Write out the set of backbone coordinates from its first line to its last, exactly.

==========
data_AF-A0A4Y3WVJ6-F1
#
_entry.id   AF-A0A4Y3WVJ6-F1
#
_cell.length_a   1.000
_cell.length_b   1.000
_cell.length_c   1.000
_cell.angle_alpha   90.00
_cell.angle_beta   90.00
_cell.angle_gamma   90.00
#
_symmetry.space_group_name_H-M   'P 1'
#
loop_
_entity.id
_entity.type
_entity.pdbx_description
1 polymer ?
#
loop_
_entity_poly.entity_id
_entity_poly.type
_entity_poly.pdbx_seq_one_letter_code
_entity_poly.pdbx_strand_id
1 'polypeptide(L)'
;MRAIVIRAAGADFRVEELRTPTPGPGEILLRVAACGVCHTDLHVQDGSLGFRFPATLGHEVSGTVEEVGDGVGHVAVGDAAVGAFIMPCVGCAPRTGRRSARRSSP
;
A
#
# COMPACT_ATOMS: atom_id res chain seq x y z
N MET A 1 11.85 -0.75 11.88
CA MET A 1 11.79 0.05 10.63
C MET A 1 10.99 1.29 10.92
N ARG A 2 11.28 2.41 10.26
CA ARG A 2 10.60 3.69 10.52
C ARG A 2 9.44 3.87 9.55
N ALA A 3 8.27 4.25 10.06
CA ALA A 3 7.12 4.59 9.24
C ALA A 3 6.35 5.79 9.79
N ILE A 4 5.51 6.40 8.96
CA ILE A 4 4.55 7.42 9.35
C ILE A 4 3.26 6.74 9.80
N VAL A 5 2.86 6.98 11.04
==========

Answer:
data_AF-A0A4Y3WVJ6-F1
#
_entry.id   AF-A0A4Y3WVJ6-F1
#
_cell.length_a   1.000
_cell.length_b   1.000
_cell.length_c   1.000
_cell.angle_alpha   90.00
_cell.angle_beta   90.00
_cell.angle_gamma   90.00
#
_symmetry.space_group_name_H-M   'P 1'
#
loop_
_entity.id
_entity.type
_entity.pdbx_description
1 polymer ?
#
loop_
_entity_poly.entity_id
_entity_poly.type
_entity_poly.pdbx_seq_one_letter_code
_entity_poly.pdbx_strand_id
1 'polypeptide(L)'
;MRAIVIRAAGADFRVEELRTPTPGPGEILLRVAACGVCHTDLHVQDGSLGFRFPATLGHEVSGTVEEVGDGVGHVAVGDAAVGAFIMPCVGCAPRTGRRSARRSSP
;
A
#
# COMPACT_ATOMS: atom_id res chain seq x y z
N MET A 1 11.85 -0.75 11.88
CA MET A 1 11.79 0.05 10.63
C MET A 1 10.99 1.29 10.92
N ARG A 2 11.28 2.41 10.26
CA ARG A 2 10.60 3.69 10.52
C ARG A 2 9.44 3.87 9.55
N ALA A 3 8.27 4.25 10.06
CA ALA A 3 7.12 4.59 9.24
C ALA A 3 6.35 5.79 9.79
N ILE A 4 5.51 6.40 8.96
CA ILE A 4 4.55 7.42 9.35
C ILE A 4 3.26 6.74 9.80
N VAL A 5 2.86 6.98 11.04